I’m somewhat embarrassed to node my ignorant waffling on the The Wife of Bath's Tale, but I considered it would be preferable to the vacuum in Literary Criticism currently evident on the subject. When that abates I will take steps to remove it. The original purpose of this essay was to address the question "Which do you find more interesting; the Wife's Tale or Prologue?’, but I twisted it into more of a general comparison because I thought it a somewhat stupid question to ask A-level English students.
Both the Wife of Bath's Tale and Wife of Bath's Prologue are different dialogues with strikingly different perceptions on characterisation, themes and form.
The Prologue is the longest prologue in the Canterbury Tales, dominating the Wife’s Tale at least in size, and is written through the 1st person viewpoint of the ‘Wife of Bath’ character. Chaucer orbits the form around tales of the Wife of Bath's experience of marriage and fleshes this out by sharp monologues criticising the church’s authority through Christian-based references and diction – "Wher can ye seye, in any manere age, that hye God defended marriage, By express word?" and the satirical – "Oure Lord Jhesu refreshed many a man;". But although the Prologue is strung with allegories, poetic meaning and inferences to taboo subjects – "How kounde I daunce to a harpe smale, And singe, yuris as any nightingale" – the character of the Wife herself is very much a straightforward one rooted in experience; it is doubtful whether she symbolises anything aside from her own singular philosophy. The fact that Chaucer (2) spent so much time fleshing her out with so many differing tales of marital experience reinforce her importance as an individual over a symbolic stereotype. This is the opposite of the Tale, where the characters are somewhat unconvincing and underdeveloped in themselves – their effect lies predominately as tools Chaucer uses to achieve its parable-esque meaning through the tale’s 3rd person plot-centric viewpoint.
Both the Tale and Prologue are somewhat unrealistic in places. The Wife of Bath’s knowledge of litany references purportedly made by Jankin is somewhat warped and inconsistent, as are other points in her tale, for example – the number of pages she ripped from Jankins book change each time she refers to them. The Tale also leaves a few questions – why would women be given judgement over such a serious case in predominately male based social system, and why would women be sympathetic to a convicted rapist? Both resolve themselves in a highly unrealistic fairytale ending, with the man coming to submit to the dominance of the woman on top(2). The Prologue also rambles, the Wife seems easily distracted and inconsistent in her delivery, even admitting it herself occasionally – "but now, sire, let me se, what I shod seyn?". (3)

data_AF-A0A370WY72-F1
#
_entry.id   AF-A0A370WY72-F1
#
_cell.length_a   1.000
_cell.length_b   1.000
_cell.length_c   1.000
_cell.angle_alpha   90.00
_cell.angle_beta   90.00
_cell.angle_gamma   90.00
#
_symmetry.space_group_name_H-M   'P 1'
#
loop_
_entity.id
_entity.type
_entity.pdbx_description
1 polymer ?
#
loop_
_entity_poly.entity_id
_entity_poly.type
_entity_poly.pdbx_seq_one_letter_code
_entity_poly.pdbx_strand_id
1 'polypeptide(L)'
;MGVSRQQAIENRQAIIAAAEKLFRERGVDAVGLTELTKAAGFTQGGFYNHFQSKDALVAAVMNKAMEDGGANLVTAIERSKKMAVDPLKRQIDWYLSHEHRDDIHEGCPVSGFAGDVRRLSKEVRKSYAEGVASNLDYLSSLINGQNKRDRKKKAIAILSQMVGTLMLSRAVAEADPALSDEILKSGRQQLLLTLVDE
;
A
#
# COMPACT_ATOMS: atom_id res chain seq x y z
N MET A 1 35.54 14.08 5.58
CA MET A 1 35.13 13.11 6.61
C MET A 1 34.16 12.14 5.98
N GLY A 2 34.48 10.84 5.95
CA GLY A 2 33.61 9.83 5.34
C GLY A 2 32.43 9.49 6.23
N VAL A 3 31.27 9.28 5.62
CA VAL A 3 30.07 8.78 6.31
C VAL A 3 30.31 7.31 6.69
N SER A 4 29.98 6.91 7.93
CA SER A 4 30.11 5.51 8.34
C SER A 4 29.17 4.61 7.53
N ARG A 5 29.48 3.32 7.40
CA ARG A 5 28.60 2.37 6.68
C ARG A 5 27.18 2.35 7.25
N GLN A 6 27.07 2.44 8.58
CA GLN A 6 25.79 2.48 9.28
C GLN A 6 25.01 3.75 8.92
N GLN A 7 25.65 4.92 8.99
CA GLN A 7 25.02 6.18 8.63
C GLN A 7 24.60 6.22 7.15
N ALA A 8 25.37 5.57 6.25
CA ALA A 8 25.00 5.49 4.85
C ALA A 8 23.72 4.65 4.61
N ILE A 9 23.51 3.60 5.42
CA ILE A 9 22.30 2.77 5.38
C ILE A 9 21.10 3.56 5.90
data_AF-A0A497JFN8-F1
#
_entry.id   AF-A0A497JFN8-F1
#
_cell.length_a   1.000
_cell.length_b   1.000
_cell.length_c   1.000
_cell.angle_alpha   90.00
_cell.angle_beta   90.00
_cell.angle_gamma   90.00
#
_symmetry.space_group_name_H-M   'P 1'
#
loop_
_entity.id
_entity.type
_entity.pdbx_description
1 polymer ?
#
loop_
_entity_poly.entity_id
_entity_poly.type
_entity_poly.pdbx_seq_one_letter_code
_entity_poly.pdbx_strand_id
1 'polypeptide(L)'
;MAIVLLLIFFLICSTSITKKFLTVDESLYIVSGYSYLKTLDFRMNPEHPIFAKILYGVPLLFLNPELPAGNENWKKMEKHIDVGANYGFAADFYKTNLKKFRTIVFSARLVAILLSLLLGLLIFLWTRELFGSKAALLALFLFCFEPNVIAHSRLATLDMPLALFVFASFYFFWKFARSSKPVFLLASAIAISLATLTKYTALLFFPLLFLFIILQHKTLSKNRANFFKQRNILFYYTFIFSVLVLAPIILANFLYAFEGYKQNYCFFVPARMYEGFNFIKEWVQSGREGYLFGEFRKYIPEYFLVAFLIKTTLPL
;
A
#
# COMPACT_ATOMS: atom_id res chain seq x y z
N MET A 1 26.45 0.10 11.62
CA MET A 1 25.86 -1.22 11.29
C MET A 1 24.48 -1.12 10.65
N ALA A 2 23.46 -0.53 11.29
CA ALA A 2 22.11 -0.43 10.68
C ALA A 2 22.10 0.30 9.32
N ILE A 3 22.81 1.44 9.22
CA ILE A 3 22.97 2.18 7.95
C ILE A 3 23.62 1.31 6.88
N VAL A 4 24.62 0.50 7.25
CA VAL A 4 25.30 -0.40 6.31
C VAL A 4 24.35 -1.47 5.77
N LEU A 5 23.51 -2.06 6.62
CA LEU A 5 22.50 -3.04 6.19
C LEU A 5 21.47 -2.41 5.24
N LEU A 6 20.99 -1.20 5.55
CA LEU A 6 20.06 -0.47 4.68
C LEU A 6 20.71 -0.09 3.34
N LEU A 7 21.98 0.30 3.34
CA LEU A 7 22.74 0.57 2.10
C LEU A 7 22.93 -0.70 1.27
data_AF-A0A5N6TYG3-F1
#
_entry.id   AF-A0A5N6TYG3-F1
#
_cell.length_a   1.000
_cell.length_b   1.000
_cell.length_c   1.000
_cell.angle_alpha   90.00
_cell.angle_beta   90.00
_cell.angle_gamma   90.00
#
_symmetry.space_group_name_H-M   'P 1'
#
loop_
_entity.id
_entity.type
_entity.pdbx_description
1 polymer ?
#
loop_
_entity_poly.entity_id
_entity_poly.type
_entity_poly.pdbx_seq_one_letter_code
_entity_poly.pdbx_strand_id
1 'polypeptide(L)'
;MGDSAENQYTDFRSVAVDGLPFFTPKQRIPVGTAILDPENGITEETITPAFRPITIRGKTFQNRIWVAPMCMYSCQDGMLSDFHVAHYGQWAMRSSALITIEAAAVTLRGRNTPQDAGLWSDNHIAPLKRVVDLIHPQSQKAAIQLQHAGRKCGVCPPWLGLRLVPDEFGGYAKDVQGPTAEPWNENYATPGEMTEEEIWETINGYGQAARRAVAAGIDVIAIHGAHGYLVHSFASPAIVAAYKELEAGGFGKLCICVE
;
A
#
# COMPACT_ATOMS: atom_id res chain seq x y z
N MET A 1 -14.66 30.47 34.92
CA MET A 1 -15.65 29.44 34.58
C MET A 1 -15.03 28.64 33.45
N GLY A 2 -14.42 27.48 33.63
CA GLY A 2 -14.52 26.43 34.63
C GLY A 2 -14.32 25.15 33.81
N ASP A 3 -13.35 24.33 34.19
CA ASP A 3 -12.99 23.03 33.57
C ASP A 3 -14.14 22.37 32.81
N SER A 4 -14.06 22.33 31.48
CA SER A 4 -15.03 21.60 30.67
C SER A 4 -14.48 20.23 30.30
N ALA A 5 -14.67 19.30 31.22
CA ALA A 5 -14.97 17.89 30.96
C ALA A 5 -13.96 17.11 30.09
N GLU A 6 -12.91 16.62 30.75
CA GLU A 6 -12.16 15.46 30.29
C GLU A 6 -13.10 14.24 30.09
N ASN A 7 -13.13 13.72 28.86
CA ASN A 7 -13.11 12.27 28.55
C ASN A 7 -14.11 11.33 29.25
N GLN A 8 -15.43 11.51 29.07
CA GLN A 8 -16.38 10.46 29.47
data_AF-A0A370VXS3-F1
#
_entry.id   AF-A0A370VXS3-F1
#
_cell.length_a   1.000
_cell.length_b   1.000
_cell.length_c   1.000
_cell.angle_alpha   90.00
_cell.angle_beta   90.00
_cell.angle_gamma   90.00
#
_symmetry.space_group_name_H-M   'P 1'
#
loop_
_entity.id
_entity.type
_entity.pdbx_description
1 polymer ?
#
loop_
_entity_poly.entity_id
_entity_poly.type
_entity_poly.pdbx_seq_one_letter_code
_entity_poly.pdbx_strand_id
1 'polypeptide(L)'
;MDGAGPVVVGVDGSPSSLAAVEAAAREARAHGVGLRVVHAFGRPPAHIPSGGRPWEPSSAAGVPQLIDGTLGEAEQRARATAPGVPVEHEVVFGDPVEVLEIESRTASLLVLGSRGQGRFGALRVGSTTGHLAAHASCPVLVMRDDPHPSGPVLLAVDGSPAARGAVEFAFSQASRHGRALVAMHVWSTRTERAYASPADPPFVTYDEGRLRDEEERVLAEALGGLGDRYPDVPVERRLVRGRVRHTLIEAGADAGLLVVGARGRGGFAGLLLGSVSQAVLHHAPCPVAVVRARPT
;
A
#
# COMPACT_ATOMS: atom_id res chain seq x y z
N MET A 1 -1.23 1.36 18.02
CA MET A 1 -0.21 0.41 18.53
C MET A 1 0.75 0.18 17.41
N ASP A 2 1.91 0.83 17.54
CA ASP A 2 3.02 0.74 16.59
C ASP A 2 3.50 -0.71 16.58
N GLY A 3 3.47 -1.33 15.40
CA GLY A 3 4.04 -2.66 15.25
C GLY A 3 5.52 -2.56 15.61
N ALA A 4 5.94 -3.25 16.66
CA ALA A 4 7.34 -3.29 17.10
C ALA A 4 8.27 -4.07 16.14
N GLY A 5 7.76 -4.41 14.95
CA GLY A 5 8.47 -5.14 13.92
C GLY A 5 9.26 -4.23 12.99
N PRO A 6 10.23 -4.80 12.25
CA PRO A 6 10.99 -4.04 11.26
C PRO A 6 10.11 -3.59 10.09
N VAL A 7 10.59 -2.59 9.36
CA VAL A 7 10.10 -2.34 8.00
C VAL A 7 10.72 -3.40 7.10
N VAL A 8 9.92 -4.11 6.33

On the surface, the Tale holds little resemblance to the themes articulated in the The Wife of Bath's Prologue ; there is only the link of women dominating men to link the pair. However looking closer there are religious themes and authority inferences inherent – the Dante reference "Crist wole we claime of him oure gentillesse" twists the whole ‘gentillesse’ satirical monologue built up between lines 1108-1120 (4) into an attack against the church’s puritanical arrogance. The age versus youth theme explored in the Prologue with first the youthful wife dominating older men, then getting dominated herself by the younger Jankin, has parallels in the Tale too. The wise woman is old like the Wife, and both the knight and Jankin use and get the better of their spouses in differing ways, but are eventually taken back into line by their aged female’s cleverness.
The Tale and the Prologue hold therefore, several similarities in theme and meaning, but multiple differences in presentation and form. In terms of quantity of verse to analyse, the Prologue itself holds the greater critical interest for me. In terms of presentation also, I find the use of a central character much more intriguing , entertaining and original compared to the fantastic metaphysics used in the tale. The Prologue itself is an exquisitely poignant example of characterisation - by far the strongest in The Canterbury Tales – and drew my interest into the themes of the piece much more so then the parable-esque tale. I find the 1st person form means I can identify to a greater extent with the Wife, particularly through her practical down to earth observations, and her humorous inferences entertain my attention. This exquisiteness of characterisation and the subtle nature in which the way Chaucer personified the themes of his piece through the Wife, denote my reason why my dubious laurel of literacy critique interest falls to the Wife of Bath's Prologue instead of the Wife of Bath's Tale.
(1)  It is generally accepted that Chaucer used the Wife as a vehicle for conveying some of his more controversial viewpoints while distancing himself from their repercussions– the tale was by and large a fabrication.
(2)  The sheer strength of the themes of dominance and male submission in the piece suggests to me that the Wife of Bath's Tale and Prologue may also be a vehicle for articulating the validity of hierarchical, non-equal relationships involving sadomasochism – in modern terms, BSDM. The piece is laced with examples, in particular examine the power-based relationship the wife holds with Jankin.
(3)  This easy nature somewhat offsets the subversive undercurrent of the Wife of Bath's prologue, and could be a flaunt of unconcern in the face of the threat of the puritanical church that was ‘authority’ at that time.
(4)  Here the tale examines the idea that money makes one a ‘gentleman’, although the gentillesse or gentile nature of these ‘gentlemen’ are called into question.